Common Fibril Structures Imply Systemically Conserved Protein Misfolding Pathways In Vivo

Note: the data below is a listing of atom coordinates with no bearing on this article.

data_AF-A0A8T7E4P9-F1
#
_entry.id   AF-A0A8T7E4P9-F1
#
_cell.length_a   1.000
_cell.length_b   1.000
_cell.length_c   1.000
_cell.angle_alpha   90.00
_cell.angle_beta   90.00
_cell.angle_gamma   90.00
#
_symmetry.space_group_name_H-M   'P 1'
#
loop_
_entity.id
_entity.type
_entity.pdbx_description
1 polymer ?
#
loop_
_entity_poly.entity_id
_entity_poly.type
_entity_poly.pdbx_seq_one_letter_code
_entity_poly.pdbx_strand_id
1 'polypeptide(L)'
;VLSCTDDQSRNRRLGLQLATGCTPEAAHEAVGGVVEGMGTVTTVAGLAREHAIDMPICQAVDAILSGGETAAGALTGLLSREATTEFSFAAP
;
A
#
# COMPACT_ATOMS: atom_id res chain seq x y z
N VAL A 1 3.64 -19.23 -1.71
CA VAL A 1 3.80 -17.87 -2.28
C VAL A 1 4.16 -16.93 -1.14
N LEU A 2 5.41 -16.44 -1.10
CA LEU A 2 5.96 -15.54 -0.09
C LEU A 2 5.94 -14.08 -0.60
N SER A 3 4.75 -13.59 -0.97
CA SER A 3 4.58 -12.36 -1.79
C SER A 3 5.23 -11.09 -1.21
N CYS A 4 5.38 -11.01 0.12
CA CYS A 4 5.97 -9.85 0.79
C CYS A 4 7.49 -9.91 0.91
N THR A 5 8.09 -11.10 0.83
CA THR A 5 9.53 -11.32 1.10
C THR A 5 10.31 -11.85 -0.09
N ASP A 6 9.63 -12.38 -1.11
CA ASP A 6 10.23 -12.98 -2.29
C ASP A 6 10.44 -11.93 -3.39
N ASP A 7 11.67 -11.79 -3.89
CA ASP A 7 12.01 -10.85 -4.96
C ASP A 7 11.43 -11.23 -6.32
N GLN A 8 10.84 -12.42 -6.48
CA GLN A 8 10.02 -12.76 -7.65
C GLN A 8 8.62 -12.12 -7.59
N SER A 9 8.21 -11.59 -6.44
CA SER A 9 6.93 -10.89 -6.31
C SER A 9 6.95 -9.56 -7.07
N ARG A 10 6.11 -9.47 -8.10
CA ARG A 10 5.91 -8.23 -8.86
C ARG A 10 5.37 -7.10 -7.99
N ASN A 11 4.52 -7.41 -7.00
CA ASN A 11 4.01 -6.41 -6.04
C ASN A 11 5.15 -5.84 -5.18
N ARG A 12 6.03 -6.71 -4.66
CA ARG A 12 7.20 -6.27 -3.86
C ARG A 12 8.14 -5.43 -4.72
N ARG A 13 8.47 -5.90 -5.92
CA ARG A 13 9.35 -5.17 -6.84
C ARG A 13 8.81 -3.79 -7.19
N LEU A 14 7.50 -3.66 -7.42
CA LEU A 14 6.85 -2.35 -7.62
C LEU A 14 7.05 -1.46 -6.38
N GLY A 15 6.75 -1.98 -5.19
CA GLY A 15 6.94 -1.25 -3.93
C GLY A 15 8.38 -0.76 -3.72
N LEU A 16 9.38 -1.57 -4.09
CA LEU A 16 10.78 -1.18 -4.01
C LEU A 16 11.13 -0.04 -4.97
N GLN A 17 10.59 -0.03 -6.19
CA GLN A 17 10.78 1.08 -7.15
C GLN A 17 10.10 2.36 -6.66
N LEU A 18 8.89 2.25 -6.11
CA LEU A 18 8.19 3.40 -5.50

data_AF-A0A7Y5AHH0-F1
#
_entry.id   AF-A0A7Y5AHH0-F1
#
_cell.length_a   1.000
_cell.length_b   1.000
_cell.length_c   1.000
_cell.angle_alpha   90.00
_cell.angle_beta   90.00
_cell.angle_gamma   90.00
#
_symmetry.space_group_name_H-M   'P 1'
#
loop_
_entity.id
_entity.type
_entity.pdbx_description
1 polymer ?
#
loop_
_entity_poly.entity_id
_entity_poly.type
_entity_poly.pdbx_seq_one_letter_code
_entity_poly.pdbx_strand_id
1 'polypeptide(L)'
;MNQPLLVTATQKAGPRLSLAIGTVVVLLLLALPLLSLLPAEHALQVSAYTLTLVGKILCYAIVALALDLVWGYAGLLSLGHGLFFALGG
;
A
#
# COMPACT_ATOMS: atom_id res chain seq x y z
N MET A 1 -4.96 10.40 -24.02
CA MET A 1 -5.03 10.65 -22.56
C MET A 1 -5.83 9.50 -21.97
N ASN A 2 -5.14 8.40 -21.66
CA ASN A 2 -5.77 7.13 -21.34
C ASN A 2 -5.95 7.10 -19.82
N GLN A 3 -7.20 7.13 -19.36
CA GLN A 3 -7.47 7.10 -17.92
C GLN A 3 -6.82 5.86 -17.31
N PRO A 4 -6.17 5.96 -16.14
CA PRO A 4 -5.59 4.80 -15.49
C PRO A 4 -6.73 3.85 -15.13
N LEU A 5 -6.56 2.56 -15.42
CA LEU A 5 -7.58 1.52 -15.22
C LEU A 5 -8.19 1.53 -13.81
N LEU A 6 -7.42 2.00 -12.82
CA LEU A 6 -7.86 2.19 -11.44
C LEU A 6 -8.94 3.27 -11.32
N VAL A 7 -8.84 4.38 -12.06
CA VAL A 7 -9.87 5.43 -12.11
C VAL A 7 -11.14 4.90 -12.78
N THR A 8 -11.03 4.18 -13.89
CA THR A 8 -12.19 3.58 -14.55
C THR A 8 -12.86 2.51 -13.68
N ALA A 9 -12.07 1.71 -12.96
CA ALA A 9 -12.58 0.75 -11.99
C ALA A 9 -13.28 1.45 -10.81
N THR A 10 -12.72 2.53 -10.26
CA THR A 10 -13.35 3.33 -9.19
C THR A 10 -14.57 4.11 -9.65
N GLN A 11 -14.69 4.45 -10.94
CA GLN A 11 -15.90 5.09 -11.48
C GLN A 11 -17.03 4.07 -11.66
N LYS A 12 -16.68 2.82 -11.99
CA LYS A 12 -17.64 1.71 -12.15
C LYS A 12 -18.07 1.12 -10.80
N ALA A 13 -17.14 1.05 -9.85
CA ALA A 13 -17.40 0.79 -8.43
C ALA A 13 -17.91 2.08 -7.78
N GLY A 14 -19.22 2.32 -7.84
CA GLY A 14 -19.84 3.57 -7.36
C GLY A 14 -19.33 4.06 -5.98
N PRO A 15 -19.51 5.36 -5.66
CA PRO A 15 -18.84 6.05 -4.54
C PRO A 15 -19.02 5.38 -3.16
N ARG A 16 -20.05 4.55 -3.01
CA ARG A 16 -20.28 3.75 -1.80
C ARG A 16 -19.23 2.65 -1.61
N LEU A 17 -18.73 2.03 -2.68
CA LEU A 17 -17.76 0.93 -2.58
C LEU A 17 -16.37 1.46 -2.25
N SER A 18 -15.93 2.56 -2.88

Systemic amyloidosis is caused by the misfolding of a circulating amyloid precursor protein and the deposition of amyloid fibrils in multiple organs. Chemical and biophysical analysis of amyloid fibrils from human AL and murine AA amyloidosis reveal the same fibril morphologies in different tissues or organs of one patient or diseased animal. The observed structural similarities concerned the fibril morphology, the fibril protein primary and secondary structures, the presence of post‐translational modifications and, in case of the AL fibrils, the partially folded characteristics of the polypeptide chain within the fibril. Our data imply for both analyzed forms of amyloidosis that the pathways of protein misfolding are systemically conserved; that is, they follow the same rules irrespective of where inside one body fibrils are formed or accumulated.